"It's Movie Time" previews this summer's coming attractions...

When WCBE's "It's Movie Time" film critics John DeSando and Clay Lowe were asked to do a feature on what they were looking forward to seeing at their favorite art houses and multiplexes this summer, here's what they suggested might be worth catching. As might be expected they have asked that they not be held responsible for their miscalculations.

BLOOD WORK
DeSando's Choice

Beware the full moon, Hives and White Stripes -- long live the Bloooooozze Exxploshhhun!

Since Jon Spencer surfaced last with the genre busting, hip-hop infused Acme, the blooze is suddenly in vogue having been dusted off and painted with White Stripes. Now is the the perfect time for the master to reclaim his throne from the young upstarts who have stolen his thunder.

Erich Rohmer uses the latest in digital technology to tell the tale of a Scottish upper class lady who gets caught in Paris during the outbreak of the French Revolution...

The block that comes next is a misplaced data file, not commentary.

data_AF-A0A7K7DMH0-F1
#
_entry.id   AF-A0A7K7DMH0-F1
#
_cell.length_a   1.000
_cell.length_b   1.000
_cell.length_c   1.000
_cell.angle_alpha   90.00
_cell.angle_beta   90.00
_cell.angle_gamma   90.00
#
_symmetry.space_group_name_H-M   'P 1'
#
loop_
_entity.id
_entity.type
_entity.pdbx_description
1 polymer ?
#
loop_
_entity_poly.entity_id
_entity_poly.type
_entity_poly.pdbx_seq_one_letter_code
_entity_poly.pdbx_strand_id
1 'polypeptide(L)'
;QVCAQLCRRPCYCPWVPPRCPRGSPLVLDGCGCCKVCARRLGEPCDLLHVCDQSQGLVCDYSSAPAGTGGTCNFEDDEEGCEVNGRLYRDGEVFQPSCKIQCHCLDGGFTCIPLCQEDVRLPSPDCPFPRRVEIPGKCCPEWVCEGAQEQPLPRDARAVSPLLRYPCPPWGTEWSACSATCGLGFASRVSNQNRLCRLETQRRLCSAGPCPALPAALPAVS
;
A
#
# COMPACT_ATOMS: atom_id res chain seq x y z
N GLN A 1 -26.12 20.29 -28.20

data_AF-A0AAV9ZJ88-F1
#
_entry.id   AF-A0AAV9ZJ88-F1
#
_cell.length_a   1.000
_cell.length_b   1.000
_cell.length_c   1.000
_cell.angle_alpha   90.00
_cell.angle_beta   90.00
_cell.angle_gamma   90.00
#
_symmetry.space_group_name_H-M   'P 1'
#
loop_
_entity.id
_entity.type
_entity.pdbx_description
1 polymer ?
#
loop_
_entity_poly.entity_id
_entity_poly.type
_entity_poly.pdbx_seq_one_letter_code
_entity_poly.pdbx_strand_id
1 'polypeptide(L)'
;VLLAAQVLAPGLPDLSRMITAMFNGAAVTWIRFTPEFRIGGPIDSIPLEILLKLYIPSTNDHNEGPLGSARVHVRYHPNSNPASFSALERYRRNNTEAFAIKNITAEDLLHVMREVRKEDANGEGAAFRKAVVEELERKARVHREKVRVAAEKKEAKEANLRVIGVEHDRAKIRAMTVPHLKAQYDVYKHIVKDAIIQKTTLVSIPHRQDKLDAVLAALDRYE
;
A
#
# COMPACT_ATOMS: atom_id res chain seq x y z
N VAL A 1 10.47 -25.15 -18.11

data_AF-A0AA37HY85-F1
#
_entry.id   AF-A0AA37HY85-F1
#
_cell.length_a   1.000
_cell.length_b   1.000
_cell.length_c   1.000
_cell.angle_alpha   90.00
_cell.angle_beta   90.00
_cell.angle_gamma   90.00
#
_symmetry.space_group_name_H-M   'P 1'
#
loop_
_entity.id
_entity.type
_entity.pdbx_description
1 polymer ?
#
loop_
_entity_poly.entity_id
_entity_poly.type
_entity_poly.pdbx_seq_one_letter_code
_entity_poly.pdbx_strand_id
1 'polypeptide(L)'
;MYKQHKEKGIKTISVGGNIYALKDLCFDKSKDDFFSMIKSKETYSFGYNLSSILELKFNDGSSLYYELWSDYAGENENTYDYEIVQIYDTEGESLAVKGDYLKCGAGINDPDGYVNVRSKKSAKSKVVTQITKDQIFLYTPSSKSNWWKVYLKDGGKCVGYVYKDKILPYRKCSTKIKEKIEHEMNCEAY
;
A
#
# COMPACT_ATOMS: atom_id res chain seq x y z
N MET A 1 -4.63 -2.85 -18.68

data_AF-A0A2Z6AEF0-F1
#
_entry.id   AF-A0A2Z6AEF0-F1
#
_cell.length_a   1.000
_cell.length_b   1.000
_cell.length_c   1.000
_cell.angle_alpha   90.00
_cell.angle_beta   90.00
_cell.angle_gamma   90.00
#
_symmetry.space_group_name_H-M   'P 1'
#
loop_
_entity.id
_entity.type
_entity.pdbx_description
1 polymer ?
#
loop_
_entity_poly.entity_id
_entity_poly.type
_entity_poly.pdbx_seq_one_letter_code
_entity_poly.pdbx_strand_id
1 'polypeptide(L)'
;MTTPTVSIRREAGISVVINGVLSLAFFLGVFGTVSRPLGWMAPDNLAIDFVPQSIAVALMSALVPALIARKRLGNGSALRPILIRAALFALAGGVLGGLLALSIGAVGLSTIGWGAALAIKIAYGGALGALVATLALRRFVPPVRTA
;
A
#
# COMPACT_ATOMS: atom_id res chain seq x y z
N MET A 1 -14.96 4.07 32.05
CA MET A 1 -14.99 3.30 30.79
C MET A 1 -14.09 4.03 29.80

This film depicts "the whisper heard most often," a tale of murder not quite so foul as foolish...

Nick Hornby and Badly Drawn Boy -- a match made in Restoration Hardware heaven...

Andie MacDowell is "better than sausage"...

If I told my buddies I was having an affair with a woman seriously younger than I, I don't think they would endanger the young woman or their own friendships just to derail my temporary insanity. Welcome to the film "Crush."

Bottom line. How much you enjoy this movie depends upon how you feel about Sandra Bullock...

"Murder by Numbers" is a Sandra Bullock showcase that has all the window dressings of an Alfred Hitchcock thriller. A spooky abandoned house on the edge of a precipitous cliff. The Pacific Ocean boiling like a cauldron below. A law enforcement officer haunted by her past -- think Jimmy Stewart in "Vertigo," then digitize in Bullock.

The plot is so thin, I’m afraid to walk over it for fear of disappearing through its icy logic.